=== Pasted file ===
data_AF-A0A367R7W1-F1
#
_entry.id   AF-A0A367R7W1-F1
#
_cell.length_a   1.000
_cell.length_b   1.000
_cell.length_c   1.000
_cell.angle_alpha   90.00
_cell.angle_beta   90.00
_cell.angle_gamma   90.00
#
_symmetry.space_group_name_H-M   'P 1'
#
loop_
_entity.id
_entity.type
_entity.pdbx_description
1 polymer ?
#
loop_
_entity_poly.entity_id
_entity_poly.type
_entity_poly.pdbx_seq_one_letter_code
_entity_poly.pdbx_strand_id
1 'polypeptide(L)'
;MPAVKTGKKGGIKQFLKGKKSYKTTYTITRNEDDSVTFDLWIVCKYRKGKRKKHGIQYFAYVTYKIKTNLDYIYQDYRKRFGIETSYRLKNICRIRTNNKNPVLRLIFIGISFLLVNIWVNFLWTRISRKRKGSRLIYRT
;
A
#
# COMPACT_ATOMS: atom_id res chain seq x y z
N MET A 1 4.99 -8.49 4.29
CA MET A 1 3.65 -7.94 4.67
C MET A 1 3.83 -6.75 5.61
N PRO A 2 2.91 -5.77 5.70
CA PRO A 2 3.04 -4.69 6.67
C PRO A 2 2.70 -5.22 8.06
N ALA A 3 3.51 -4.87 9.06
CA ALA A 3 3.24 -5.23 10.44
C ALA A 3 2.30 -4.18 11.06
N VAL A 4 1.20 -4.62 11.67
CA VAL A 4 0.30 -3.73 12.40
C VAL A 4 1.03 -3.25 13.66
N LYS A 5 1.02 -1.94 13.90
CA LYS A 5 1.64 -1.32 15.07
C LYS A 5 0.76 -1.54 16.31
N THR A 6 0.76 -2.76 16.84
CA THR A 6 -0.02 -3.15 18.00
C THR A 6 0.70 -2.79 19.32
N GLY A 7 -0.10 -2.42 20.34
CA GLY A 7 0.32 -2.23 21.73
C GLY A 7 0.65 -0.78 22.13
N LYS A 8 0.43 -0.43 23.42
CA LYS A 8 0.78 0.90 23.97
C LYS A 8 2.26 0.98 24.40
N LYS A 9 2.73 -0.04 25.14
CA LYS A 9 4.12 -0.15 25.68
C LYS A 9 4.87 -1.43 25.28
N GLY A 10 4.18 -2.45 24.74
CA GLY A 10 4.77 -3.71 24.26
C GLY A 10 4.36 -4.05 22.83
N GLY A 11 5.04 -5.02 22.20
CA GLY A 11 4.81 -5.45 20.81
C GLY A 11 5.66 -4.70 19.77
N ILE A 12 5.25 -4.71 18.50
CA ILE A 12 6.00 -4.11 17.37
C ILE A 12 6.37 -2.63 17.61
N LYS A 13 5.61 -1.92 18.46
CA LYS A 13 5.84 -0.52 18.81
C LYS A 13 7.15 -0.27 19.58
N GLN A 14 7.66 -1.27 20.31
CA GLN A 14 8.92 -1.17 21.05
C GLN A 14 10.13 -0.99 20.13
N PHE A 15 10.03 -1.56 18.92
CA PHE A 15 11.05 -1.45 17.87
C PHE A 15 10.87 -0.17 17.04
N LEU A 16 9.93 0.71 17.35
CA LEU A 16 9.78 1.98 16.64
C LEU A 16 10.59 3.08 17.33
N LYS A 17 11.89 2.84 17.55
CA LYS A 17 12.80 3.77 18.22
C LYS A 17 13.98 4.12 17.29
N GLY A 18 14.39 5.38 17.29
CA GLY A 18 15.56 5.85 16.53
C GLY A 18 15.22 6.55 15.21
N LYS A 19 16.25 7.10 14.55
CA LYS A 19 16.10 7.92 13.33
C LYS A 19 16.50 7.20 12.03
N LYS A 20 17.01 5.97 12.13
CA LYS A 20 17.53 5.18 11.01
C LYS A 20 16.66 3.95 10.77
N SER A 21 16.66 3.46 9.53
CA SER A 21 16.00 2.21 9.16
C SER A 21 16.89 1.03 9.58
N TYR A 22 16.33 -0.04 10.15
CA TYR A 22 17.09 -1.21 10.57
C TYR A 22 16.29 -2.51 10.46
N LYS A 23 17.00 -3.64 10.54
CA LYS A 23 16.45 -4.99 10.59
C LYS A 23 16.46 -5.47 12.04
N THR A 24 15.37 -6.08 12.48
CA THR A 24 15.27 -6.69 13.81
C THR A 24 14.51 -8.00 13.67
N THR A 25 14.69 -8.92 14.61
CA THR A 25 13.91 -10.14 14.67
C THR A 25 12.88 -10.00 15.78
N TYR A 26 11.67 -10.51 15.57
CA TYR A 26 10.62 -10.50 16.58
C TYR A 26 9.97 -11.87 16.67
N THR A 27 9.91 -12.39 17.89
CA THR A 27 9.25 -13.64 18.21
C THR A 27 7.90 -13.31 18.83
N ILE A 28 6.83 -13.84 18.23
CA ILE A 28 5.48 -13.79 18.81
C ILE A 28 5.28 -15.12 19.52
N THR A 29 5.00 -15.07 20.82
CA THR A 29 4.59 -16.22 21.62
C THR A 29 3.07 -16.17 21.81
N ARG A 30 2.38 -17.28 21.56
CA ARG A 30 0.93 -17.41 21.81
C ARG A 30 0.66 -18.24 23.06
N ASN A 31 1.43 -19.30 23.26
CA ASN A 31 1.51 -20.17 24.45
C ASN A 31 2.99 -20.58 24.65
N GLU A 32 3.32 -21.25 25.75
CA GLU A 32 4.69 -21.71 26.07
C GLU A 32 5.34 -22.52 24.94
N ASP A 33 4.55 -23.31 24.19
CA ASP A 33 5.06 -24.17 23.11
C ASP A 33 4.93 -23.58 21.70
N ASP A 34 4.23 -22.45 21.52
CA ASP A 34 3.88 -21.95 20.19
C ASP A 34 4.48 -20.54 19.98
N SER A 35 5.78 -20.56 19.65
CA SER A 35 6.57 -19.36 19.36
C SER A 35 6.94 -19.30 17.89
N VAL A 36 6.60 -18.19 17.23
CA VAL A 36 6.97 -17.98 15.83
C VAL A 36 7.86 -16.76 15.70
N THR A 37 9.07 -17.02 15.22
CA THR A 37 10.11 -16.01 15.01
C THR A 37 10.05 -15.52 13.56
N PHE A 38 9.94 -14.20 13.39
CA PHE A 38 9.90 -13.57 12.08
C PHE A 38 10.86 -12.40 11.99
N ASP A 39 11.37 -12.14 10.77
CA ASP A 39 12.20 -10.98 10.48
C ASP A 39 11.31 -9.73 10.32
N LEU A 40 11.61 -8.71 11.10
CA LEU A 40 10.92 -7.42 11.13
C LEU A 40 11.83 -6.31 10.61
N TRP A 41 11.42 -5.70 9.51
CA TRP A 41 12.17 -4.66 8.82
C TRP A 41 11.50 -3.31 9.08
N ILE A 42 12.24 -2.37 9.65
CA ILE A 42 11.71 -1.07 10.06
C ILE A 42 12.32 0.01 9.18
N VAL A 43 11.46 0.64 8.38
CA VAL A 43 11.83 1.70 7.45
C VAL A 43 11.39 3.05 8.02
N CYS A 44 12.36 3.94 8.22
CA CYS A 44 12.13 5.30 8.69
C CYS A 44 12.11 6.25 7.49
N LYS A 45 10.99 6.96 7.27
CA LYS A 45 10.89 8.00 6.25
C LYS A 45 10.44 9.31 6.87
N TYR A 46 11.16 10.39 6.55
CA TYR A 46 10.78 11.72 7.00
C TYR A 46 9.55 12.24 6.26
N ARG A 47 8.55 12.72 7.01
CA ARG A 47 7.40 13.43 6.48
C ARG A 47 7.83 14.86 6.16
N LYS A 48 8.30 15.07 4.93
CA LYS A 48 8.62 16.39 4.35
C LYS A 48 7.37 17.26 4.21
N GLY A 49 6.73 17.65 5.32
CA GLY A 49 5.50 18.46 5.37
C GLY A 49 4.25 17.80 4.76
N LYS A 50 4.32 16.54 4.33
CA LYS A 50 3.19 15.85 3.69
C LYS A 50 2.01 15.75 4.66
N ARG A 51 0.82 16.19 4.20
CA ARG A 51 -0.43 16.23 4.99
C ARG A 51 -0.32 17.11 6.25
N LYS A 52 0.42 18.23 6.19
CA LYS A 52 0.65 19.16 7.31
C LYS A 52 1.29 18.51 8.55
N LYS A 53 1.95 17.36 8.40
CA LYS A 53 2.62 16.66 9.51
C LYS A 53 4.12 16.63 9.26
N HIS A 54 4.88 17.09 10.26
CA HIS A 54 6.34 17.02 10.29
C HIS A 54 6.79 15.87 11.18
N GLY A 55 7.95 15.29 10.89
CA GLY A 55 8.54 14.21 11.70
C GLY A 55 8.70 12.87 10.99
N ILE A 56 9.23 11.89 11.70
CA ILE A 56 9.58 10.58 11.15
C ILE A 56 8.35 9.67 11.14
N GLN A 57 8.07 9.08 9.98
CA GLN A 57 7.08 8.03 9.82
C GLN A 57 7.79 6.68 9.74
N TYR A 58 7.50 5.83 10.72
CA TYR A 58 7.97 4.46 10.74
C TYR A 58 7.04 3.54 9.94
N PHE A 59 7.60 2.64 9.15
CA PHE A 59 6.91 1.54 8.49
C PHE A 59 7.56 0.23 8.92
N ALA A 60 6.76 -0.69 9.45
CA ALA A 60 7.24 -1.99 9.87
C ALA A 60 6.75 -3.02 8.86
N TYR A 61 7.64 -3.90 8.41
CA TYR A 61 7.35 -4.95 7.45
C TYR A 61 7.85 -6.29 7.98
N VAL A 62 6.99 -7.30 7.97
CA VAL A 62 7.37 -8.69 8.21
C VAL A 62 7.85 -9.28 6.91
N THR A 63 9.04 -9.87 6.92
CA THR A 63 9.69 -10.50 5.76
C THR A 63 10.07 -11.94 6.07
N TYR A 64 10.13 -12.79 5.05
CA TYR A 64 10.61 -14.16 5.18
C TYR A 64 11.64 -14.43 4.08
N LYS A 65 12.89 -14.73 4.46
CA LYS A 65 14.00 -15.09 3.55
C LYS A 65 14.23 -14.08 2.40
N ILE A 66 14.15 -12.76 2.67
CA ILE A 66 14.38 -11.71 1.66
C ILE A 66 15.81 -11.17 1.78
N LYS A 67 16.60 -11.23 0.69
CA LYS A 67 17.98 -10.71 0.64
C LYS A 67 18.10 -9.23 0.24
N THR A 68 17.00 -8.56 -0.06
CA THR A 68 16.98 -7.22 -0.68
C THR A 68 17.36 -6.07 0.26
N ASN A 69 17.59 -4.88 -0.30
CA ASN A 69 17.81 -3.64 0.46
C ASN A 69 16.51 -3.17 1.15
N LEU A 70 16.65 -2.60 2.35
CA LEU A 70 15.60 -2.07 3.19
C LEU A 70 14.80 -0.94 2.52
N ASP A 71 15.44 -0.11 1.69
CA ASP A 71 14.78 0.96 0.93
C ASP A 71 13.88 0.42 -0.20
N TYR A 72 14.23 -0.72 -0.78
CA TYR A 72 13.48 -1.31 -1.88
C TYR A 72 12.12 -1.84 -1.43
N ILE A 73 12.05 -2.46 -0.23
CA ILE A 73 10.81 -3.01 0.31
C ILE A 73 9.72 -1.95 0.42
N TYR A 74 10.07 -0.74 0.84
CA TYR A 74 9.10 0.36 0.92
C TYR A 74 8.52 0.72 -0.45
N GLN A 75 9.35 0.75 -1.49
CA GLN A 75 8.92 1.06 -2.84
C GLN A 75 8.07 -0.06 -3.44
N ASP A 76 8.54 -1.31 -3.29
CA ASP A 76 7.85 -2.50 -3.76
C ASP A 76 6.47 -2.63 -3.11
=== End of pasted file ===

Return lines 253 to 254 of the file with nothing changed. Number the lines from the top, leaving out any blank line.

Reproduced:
N GLN A 75 9.35 0.75 -1.49
CA GLN A 75 8.92 1.06 -2.84